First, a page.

The exposed group showed significantly higher levels of MnB and MnH than the control group. MnH has been used previously in studies of Mn environmental exposure. The exposed children in this study showed higher MnH concentrations than those reported by others. He et al. (1994) found mean levels of 1.25 μg/g in children exposed to Mn by drinking water; Wright et al. (2006) reported a mean MnH of 471.5 ppb (0.47 μg/g) in children living near a hazardous waste site. Higher concentrations of MnH (mean, 6.2 μg/g) have been reported in children exposed to Mn by drinking water (Bouchard et al. 2007), but these are lower than those found in the present study. Higher mean concentrations of MnH (15.2 μg/g) were reported in a recent study of children living in the vicinity of a ferromanganese alloy production plant in Brazil (Menezes-Filho et al. 2009).

MnH is controversial as a biomarker of exposure, with some groups suggesting that hair is not an appropriate matrix for estimating exposure to metals (Rodrigues and Batista 2008). One of the reasons is that the mechanism by which Mn is incorporated into hair is not clear; another reason is the uncertainty about the actual removal of external contamination by means of washing (Smolders et al. 2009). In the present study, we gave special care to washing and rinsing the sample before the metal analysis, in order to minimize external contamination. Our results show that exposed children had much higher MnH concentrations than did control subjects and provide information about a dose–response relationship with the studied neuropsychological outcome.

The association between MnH and intellectual function of children supports the results reported by Wright et al. (2006), who found an inverse relationship between the Total and Verbal IQ and MnH levels in children. Similar findings were reported for children exposed to high concentrations of Mn in drinking water (Wasserman et al. 2006, 2008). Mn exposure has been associated with other cognitive functions in children, such as attention, and with altered motor skills. Some studies have shown higher levels of MnH in children with attention deficits compared with controls (Barlow 1983; Bouchard et al. 2007).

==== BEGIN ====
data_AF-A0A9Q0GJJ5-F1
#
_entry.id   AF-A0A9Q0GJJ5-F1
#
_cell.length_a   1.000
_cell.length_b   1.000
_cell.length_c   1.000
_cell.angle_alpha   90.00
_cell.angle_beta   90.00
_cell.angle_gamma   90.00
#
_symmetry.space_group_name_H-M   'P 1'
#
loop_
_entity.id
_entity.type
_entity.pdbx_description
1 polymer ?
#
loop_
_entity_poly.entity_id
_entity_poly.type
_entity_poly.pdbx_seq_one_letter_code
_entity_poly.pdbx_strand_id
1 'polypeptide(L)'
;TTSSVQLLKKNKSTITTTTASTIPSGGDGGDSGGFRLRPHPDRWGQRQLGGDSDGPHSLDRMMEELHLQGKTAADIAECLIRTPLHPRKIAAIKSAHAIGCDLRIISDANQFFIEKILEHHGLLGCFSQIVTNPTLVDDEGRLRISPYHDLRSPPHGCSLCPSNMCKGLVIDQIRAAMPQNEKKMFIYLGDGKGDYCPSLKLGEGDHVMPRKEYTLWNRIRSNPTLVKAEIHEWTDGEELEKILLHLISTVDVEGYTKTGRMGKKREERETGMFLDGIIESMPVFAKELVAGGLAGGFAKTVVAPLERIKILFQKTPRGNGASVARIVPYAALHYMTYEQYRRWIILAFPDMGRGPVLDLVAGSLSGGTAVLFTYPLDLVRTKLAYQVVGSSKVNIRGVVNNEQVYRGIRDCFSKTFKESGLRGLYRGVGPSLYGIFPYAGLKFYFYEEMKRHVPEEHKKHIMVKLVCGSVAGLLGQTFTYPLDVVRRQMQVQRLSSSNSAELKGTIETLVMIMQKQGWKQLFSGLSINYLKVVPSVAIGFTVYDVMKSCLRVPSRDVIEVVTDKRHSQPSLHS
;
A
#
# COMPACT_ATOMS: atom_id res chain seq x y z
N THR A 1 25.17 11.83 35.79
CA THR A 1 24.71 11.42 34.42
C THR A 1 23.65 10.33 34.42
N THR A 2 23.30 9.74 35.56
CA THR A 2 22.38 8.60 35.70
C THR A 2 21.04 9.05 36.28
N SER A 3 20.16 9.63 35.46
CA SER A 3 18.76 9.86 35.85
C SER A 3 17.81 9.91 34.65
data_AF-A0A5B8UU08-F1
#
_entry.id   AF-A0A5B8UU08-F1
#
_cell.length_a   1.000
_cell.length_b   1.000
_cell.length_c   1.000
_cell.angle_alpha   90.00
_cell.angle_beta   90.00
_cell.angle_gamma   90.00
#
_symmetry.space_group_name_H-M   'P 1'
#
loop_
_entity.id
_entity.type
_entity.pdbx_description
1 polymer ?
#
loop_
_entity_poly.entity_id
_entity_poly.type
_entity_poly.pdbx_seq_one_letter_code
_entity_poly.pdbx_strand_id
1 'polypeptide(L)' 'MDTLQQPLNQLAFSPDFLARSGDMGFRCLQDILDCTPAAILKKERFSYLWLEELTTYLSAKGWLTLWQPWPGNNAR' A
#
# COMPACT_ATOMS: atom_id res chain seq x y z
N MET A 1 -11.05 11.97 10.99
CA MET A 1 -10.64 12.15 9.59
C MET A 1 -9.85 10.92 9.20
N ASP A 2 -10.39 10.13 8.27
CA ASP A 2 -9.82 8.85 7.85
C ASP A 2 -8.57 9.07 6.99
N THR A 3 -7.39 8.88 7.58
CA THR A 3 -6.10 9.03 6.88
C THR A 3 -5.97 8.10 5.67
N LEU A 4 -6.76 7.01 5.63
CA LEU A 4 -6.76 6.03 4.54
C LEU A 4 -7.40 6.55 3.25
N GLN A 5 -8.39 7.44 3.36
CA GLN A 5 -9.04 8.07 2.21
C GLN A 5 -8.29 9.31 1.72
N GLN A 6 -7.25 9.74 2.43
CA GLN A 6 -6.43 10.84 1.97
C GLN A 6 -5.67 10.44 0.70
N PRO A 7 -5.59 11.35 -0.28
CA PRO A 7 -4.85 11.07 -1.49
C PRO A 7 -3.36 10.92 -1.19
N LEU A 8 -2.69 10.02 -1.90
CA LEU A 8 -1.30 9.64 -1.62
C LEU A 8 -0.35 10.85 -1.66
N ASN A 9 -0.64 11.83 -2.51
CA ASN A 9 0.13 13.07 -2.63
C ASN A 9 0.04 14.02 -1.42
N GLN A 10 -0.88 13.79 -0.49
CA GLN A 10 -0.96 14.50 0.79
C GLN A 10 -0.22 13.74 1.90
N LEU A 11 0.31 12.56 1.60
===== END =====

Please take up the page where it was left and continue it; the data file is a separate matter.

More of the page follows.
The median MnB in exposed children (9.5 μg/L) was lower than that reported by Wasserman et al. (2006), who found a mean of 12.8 μg/L in the blood of children exposed to Mn by water intake. Another study (Röllin et al. 2005) reported MnB levels similar to those obtained in this study in South African children (9.8 μg/L) exposed to Mn from methylcyclopentadienyl manganese tricarbonyl, an octane-enhancing fuel additive. The present results were very similar to previous studies in adults from the same area that reported a mean for MnB of 9.7 μg/L (Montes et al. 2008) and 10.2 μg/L (Rodríguez-Agudelo et al. 2006). This suggests that the MnB levels are similar for adults and children who share sites of exposure to this metal.

We found an inverse but nonsignificant association between MnB and Total IQ. The relation between MnB and cognitive functions has been controversial. Some studies have found no association between MnB and IQ in children (Wasserman et al. 2006) or between MnB and motor tests in adults (Rodríguez-Agudelo et al. 2006), but others have found an association between MnB and deficient learning and memory performances (Mergler et al. 1999), Verbal IQ (Bowler et al. 2007), and Mini-Mental State Examination scores (Santos-Burgoa et al. 2001) for adult populations. Some authors have pointed out the difficulty in establishing MnB as a reliable biomarker of exposure (Mergler et al. 1999). Because of the distribution and relatively short half-life of Mn in the blood, it does not serve as a reliable indicator of the total body burden of Mn (Zheng et al. 2000). On an epidemiologic comparison basis, MnB levels may serve reasonably well as an indicator of recent Mn exposure. However, a relatively large variation in MnB among individuals, due to either diet or other unknown sources, suggests that this measure may be not the best parameter for the estimation of chronic exposure to this metal (Aschner et al. 2007; Montes et al. 2008).

Previous studies of adults have reported higher MnB concentrations in women than in men (Baldwin et al. 1999; Kondakis et al. 1989; Rodríguez-Agudelo et al. 2006), but we found no significant differences in MnB or MnH levels between boys and girls in our study population. However, estimated effects of MnH exposure on Verbal and Total IQ scores were strongest in younger girls, suggesting that this group could be more susceptible to effects of Mn on cognitive function. The mechanism underlying this association requires future research.